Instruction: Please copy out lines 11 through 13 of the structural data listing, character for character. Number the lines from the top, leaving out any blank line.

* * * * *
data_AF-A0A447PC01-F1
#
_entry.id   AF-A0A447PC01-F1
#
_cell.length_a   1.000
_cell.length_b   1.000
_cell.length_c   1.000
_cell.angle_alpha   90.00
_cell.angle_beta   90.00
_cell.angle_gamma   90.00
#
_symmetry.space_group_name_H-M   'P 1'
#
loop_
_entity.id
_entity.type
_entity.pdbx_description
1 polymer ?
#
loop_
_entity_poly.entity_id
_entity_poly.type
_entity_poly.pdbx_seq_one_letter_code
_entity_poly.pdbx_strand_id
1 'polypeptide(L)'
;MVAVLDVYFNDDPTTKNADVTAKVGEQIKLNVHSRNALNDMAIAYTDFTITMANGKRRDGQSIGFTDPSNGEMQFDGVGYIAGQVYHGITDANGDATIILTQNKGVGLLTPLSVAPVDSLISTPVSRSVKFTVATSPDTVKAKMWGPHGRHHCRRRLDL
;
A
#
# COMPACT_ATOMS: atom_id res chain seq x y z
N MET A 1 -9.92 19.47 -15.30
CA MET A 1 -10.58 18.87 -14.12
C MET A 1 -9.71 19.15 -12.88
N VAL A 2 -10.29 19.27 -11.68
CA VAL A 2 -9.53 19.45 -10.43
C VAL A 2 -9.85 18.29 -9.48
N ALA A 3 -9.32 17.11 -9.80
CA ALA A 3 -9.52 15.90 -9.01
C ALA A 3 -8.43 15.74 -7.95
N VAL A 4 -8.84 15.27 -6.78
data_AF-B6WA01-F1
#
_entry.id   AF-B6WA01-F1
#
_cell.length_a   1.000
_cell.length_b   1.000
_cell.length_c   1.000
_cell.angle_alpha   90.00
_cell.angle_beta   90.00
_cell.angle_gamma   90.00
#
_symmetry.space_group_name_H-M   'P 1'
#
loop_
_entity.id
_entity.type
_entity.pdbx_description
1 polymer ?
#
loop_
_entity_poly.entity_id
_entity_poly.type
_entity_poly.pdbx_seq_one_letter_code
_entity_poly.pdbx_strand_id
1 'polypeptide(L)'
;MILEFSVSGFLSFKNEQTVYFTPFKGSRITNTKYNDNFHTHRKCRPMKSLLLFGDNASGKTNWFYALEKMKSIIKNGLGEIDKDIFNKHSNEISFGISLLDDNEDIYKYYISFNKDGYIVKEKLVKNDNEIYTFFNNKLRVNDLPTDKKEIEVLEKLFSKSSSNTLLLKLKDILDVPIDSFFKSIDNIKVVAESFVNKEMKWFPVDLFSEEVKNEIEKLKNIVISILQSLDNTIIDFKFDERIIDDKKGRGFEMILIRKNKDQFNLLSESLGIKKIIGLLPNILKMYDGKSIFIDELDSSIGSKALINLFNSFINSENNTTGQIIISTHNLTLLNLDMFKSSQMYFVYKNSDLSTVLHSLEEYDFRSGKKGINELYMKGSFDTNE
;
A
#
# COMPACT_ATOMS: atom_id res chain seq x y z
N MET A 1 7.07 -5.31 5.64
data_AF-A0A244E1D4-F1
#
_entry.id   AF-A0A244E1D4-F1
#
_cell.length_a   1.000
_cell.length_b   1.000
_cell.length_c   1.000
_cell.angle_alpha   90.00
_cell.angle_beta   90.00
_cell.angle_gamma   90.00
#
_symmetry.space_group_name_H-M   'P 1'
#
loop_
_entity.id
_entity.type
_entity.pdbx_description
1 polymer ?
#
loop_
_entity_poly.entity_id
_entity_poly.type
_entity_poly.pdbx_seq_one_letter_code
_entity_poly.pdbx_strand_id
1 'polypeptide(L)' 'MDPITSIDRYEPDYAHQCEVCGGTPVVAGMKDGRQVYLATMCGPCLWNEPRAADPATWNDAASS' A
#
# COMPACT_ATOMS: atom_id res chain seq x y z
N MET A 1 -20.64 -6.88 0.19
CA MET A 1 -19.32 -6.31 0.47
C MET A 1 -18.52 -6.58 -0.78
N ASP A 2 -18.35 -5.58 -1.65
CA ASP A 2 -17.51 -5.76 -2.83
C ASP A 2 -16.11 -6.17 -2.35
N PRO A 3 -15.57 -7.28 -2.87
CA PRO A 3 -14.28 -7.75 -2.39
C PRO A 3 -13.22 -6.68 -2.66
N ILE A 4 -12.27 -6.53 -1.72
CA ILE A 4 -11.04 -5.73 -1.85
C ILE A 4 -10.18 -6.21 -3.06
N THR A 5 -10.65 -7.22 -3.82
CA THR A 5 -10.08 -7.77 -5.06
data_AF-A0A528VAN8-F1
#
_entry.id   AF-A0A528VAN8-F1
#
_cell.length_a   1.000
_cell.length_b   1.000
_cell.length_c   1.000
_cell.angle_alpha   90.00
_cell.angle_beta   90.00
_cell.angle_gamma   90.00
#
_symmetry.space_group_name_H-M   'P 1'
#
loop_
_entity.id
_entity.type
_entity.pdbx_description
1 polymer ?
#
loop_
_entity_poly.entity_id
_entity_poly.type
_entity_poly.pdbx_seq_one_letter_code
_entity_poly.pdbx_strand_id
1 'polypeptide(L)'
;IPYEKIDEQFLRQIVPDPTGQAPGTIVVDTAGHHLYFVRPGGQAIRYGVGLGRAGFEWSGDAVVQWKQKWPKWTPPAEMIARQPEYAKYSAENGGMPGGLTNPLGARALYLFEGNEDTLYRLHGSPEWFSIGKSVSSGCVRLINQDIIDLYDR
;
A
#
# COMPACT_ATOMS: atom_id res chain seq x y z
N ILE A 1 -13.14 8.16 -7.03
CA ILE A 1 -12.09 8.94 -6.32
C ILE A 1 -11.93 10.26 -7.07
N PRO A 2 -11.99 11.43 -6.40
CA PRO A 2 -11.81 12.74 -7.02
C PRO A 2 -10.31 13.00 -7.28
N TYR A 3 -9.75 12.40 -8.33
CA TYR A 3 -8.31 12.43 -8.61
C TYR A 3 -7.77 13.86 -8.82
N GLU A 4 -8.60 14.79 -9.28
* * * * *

#
_symmetry.space_group_name_H-M   'P 1'
#